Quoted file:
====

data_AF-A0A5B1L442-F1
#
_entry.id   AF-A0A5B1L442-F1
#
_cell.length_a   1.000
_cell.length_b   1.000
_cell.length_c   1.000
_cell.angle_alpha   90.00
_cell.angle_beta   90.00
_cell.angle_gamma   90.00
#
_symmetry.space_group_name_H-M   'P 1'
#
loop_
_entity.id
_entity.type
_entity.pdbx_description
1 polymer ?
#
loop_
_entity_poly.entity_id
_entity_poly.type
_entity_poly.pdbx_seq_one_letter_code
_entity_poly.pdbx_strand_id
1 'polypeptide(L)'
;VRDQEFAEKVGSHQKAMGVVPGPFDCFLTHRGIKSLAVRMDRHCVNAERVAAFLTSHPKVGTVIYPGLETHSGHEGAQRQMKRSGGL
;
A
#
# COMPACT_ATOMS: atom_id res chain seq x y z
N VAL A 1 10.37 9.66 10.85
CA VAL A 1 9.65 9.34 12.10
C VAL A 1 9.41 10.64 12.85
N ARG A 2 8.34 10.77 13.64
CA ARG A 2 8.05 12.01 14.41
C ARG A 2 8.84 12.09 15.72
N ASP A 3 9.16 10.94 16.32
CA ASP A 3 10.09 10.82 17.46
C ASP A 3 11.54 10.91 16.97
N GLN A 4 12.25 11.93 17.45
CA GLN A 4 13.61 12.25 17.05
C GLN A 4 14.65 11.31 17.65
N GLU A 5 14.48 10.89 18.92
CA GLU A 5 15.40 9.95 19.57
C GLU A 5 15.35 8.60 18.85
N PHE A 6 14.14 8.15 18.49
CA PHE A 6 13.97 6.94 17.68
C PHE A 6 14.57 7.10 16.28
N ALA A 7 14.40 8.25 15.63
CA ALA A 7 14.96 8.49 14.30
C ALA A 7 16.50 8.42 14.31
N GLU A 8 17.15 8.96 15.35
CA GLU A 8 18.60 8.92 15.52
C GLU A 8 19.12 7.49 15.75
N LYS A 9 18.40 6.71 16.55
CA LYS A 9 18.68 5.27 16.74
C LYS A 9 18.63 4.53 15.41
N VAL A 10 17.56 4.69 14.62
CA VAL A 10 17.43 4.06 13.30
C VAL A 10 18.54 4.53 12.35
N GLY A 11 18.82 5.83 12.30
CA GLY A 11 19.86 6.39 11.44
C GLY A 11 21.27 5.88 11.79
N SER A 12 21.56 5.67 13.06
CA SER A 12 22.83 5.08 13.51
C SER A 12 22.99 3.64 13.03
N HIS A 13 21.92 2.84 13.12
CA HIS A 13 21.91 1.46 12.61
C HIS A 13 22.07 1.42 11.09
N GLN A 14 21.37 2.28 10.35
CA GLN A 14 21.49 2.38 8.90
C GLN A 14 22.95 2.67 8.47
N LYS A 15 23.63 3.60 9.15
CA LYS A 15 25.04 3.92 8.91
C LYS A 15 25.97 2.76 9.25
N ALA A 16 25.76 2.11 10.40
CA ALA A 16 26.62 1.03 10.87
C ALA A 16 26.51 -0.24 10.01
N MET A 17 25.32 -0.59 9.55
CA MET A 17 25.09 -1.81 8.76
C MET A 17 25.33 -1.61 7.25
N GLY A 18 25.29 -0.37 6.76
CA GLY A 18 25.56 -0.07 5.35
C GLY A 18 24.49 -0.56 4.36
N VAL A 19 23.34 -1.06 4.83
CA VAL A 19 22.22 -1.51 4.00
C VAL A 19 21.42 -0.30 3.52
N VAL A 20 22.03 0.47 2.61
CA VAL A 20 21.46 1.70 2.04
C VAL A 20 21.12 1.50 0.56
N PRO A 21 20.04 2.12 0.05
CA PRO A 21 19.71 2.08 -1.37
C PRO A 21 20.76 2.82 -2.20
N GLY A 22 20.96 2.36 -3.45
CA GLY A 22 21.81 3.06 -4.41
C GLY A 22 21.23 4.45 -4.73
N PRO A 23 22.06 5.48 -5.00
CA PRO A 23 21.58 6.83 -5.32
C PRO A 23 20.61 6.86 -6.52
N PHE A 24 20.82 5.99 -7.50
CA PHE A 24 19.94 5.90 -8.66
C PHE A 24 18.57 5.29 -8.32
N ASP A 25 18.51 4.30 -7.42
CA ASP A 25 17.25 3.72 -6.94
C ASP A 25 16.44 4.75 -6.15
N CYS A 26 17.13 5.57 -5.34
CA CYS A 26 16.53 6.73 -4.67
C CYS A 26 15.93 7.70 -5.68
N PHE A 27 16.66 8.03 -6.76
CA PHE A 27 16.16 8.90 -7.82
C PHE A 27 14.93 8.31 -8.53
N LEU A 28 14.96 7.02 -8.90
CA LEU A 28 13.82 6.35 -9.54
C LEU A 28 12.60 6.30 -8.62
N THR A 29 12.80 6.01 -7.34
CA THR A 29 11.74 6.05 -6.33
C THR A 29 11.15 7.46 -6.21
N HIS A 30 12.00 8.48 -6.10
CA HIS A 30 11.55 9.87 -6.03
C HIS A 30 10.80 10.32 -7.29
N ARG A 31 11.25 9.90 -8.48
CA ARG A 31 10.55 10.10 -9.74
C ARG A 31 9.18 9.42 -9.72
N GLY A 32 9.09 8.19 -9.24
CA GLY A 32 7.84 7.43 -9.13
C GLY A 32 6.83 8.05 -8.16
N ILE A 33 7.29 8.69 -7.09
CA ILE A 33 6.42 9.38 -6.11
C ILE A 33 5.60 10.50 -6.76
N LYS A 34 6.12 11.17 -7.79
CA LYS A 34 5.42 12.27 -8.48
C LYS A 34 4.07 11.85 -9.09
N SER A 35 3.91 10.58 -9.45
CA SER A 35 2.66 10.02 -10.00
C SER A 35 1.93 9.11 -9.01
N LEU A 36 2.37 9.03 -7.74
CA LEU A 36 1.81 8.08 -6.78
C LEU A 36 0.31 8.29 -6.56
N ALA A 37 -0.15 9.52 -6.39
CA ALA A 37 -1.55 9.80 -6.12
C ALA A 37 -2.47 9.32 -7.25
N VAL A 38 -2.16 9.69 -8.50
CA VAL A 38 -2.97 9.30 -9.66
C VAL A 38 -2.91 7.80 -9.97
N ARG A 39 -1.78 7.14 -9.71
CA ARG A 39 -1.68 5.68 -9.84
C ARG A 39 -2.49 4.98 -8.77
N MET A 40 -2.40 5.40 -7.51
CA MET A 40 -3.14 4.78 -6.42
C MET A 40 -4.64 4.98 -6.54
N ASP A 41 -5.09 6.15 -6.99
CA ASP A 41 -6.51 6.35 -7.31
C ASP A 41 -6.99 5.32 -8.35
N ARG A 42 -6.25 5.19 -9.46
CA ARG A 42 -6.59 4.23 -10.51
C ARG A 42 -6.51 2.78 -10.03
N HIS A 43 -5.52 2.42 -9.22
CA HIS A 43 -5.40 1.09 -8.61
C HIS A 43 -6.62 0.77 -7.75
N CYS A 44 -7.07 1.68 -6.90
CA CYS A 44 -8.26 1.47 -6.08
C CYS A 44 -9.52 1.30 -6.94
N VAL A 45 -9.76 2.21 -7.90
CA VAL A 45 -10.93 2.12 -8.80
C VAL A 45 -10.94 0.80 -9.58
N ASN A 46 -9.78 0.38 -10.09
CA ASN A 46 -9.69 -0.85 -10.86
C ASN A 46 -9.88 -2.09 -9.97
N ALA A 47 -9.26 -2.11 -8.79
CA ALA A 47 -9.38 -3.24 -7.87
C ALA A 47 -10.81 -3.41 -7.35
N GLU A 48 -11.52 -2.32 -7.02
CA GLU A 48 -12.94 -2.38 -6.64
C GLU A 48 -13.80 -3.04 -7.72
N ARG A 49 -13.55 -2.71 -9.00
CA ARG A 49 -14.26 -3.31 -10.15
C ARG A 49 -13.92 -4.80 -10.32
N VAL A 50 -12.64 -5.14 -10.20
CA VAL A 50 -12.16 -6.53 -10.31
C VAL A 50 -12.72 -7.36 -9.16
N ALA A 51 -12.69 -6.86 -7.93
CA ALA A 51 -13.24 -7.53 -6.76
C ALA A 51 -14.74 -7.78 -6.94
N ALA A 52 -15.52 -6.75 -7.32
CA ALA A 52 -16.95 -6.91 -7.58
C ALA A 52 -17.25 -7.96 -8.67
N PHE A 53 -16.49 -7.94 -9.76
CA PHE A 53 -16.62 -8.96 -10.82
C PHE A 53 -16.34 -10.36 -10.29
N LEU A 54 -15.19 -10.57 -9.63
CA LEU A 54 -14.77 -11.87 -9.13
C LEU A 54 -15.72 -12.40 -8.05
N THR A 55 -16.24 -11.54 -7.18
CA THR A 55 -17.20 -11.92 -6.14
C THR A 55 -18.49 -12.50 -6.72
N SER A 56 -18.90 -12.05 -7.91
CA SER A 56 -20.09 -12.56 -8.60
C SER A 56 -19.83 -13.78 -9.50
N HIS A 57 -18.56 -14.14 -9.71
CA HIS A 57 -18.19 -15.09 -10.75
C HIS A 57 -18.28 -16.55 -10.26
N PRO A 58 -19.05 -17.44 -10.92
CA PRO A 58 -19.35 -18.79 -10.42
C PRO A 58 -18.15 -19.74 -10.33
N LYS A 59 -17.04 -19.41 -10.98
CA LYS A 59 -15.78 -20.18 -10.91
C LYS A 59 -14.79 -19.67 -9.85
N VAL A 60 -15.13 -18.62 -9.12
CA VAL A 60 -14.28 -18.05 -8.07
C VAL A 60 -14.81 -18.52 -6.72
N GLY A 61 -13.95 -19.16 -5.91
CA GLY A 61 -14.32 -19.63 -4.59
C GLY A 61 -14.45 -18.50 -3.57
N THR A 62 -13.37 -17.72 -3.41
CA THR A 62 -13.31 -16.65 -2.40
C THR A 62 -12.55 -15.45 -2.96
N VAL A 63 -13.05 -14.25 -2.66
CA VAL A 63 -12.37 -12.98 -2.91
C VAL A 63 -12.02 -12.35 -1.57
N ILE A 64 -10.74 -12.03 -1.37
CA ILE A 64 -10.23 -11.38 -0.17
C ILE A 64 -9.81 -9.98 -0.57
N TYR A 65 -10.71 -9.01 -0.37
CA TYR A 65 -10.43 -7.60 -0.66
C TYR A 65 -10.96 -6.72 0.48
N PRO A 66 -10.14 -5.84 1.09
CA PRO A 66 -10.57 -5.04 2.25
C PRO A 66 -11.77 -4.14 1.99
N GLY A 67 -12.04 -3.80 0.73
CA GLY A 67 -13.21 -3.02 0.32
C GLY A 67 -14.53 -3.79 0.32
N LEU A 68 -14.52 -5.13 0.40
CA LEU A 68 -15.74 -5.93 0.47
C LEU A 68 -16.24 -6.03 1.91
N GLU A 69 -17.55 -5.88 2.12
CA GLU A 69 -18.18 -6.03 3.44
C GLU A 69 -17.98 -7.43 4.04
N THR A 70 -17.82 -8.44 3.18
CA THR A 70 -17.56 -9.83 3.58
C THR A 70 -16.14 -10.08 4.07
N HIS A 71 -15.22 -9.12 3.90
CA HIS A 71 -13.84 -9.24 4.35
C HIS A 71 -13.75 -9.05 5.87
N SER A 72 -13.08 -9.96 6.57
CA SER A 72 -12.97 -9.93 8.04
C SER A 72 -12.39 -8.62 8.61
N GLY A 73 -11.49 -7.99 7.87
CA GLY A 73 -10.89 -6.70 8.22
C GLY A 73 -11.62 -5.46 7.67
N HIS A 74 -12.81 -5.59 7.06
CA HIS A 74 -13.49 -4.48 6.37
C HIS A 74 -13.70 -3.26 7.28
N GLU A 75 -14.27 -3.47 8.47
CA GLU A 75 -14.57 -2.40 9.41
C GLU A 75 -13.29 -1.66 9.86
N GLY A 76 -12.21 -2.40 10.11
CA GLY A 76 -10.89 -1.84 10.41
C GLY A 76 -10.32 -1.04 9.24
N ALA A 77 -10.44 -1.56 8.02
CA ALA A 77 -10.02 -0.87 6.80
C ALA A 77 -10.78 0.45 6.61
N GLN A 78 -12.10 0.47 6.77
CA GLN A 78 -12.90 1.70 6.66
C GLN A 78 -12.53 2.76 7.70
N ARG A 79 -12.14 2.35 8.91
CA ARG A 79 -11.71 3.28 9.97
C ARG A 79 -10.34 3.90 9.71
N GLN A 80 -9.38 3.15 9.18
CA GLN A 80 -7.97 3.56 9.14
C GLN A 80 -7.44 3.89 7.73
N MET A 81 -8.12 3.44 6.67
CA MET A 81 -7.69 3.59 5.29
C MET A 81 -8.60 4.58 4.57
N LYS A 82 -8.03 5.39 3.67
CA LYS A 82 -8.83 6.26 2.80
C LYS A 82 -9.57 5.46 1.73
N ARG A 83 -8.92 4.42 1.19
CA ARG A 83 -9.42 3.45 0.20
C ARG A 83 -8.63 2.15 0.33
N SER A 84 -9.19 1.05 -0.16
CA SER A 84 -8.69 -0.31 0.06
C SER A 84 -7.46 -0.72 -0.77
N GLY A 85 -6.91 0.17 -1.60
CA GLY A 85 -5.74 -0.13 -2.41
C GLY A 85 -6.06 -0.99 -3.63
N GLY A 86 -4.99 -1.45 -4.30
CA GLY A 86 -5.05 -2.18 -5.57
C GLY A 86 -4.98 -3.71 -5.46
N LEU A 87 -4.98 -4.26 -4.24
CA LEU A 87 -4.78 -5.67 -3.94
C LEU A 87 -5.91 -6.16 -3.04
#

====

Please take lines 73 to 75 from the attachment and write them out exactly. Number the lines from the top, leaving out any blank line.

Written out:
N LYS A 15 23.63 3.60 9.15
CA LYS A 15 25.04 3.92 8.91
C LYS A 15 25.97 2.76 9.25